Camping is a fun outdoor activity in the summer, but unpacking when you get home can be a unique challenge. You can easily end up bringing home bugs, dirt, and items tainted with hard-to-remove smells and stains. If you’re hoping to avoid bringing home these less-than-pleasant souvenirs from your camping trip, learn the best solutions for getting rid of them.
Sweat Stains and Odors
That hike sure offered some astounding views for you to soak up, but if your shirt and shorts did a little soaking up of their own, you might be afraid these clothes are ruined forever. Fortunately, you can remove sweat stains without harsh chemicals that could damage the fabric. Try these two methods:
- Baking soda paste: Start with a pre-wash treatment to remove visible sweat stains. Simply make a paste with water and baking soda, apply it to the stained area, and let it sit for 20 minutes.
- White vinegar wash: To get the sweat smell out of your clothes, toss pre-treated items into the washer with a normal amount of laundry soap plus a cup of vinegar. Everything in the batch should come out smelling extra fresh, with no sign of camping odors remaining.
Mold on Tents and Camping Equipment
If you were caught in a surprise downpour on your camping trip, you probably hunkered down in the tent until the damp weather passed. You may have come out of the storm unscathed, but an unpleasant musty, stale odor might now linger on your tent and other equipment.
The solution is Concrobium Mold Control. Spray the moldy area and allow it to dry completely. This destroys mold spores at the root and removes existing mold from the surface. Scrub the tent with a cloth dampened with Concrobium Mold Control to remove any residual mold. Then reapply a final layer and allow it to dry as a preventative measure against future mold growth.
Some of your best memories from your camping trip probably revolve around the time you spent roasting marshmallows or telling stories by the campfire. The sight and sound of a crackling fire are well worth the smoky smell lingering on your hair and clothes, but now that you’re home, you must face the reality that everything smells like smoke.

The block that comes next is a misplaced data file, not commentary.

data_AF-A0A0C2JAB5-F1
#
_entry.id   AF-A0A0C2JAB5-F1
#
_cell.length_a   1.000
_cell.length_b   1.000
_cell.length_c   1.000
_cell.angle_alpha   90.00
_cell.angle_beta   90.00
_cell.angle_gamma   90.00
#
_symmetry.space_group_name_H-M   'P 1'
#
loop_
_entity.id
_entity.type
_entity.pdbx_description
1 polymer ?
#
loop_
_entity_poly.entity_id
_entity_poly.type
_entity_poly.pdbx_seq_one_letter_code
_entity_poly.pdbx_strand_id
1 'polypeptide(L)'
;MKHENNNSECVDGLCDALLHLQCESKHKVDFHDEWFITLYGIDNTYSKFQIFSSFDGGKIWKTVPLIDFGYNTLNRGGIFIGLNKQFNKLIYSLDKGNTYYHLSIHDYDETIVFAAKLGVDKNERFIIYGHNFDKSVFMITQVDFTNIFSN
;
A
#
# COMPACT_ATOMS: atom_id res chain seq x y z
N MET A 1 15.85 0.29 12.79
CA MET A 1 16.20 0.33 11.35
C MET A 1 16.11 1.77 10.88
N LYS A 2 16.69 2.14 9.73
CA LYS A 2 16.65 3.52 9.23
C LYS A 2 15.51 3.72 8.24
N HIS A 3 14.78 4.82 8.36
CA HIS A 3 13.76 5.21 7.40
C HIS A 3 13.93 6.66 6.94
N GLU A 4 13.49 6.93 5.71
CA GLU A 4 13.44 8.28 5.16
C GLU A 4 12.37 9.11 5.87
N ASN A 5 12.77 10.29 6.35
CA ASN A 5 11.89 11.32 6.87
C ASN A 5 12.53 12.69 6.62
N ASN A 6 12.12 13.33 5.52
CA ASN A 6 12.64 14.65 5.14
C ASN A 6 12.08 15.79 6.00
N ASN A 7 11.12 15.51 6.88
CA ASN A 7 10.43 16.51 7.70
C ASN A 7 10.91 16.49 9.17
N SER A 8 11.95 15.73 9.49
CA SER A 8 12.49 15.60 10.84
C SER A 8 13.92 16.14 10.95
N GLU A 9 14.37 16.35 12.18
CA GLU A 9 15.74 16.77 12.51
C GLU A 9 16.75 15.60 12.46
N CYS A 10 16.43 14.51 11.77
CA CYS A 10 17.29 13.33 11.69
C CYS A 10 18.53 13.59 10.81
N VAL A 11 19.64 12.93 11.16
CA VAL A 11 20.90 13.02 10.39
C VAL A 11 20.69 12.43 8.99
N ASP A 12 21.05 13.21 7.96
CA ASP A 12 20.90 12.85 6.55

It’s easy to wash your hair and put your clothes into the washing machine, but what about sleeping bags, air mattresses, camping chairs and backpacks? Getting the smoky smell out of these items is easier than you think.
Drape the affected items over the shower curtain rod, or simply set them up on the bathroom floor in the case of camping chairs. Then fill the bathtub with steaming hot water. Shut off the water and pour four cups of white vinegar into the tub. Close the bathroom door and let the fumes work their magic for 10 minutes. When you return, most of the smoky odor should be gone – though you might want to run the exhaust fan for a while to remove the vinegar smell.
Urine Stains and Odors
You may not want to admit it, but roughing it means using makeshift restroom facilities. Much to your dismay, bodily fluids could end up on your clothes or camping gear. To avoid throwing these items away, you need odor removal tricks that really work.
- DIY method: To make your own urine stain remover, combine 10 ounces of hydrogen peroxide, 3 tablespoons of baking soda, and drop or two of dish soap in a spray bottle. Spray the affected area with this solution and let it sit for an hour to work out the stain and remove the odor.
- Store bought method: Manufacturers sell products specifically designed to remove urine from carpet and fabrics. Options include Nature’s Miracle, DP, OdorZyme and others. Follow the manufacturer’s directions, which might include saturating the affected area with the stain remover, allowing it to sit, and rinsing or washing the item as usual.
Odor and Stain Removal Services
If you need help removing odors and stains lingering from your camping trip, count on Rainbow Restoration® for odor removal and stain removal services. We can clean up clothing, carpet, rugs, bedding, upholstery and more!
For Further Reading:
How Long Should Cleaning Supplies Last
Campfire Safery: Are You Part of the Problem?
Best Things We Can Do for the Environment